The book was adapted into a play in 1979 by a Troy University (Troy Alabama) theatre professor and produced by the school's drama department.
The novel centers on the life of a Methodist pastor named Theron Ware who has recently moved to a fictional small town in the Adirondack Mountains of upstate New York, which Frederic modeled after Utica, New York. A promising young pastor recently married, Theron has a number of experiences that cause him to begin to question the Methodist religion, his role as a priest and even the very existence of God. His moral decline (or illumination) is heightened through his dealings with Father Forbes, the town's Catholic priest; Dr. Ledsmar, a local atheist, philosopher, and man of science; and Celia, a local Irish Catholic girl, a species of aesthete, with whom Theron becomes hopelessly infatuated. In the end, these three "advanced" characters find Theron a bore, and tell him so. He goes on a binge, and is saved by Brother and Sister Soulsby, common-sensical fund-raisers for Methodist congregations. Their feet are on the ground, and they pack Theron and his wife off to the new state of Washington, where, who knows?, he might end up in politics.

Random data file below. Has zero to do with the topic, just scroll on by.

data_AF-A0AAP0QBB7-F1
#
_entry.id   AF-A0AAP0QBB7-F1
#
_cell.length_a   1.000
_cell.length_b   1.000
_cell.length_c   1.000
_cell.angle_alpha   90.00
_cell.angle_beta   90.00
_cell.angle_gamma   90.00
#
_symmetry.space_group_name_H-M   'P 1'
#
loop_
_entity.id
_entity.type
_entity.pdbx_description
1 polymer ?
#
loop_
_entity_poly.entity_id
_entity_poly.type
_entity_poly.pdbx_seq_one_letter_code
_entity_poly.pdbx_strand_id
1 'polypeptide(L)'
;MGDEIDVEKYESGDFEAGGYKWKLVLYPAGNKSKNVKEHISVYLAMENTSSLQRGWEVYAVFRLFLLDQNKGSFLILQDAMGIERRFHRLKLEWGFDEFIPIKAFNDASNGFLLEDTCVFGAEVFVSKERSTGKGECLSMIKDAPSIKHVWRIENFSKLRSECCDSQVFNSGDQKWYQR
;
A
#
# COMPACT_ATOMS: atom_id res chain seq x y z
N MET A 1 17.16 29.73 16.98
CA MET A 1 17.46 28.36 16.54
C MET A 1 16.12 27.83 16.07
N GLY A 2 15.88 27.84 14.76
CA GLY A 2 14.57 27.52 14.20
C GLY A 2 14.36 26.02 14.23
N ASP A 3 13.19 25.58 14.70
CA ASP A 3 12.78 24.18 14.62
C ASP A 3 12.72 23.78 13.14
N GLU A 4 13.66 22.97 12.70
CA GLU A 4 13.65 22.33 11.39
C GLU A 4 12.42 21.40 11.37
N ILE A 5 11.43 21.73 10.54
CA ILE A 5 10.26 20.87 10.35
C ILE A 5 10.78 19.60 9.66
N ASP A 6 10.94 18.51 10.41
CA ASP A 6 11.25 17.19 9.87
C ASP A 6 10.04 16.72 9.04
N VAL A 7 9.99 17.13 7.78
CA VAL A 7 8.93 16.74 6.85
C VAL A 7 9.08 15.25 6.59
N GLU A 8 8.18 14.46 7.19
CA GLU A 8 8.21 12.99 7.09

The name "Theron Ware" was later used by the SF author James Blish for his "villain" in the novel Black Easter (UK) , "Faust Aleph-Null" (US). In this novel Ware brings about the death of God and the triumph of Satan.
Page out of literary history is sold to Historical Society; Lewis novel inscribed to Fitzgerald on display.(NEWS)
Aug 15, 1997; Did F. Scott Fitzgerald and Sinclair Lewis, two of Minnesota's literary greats, read and respect each other's work? Scholars long...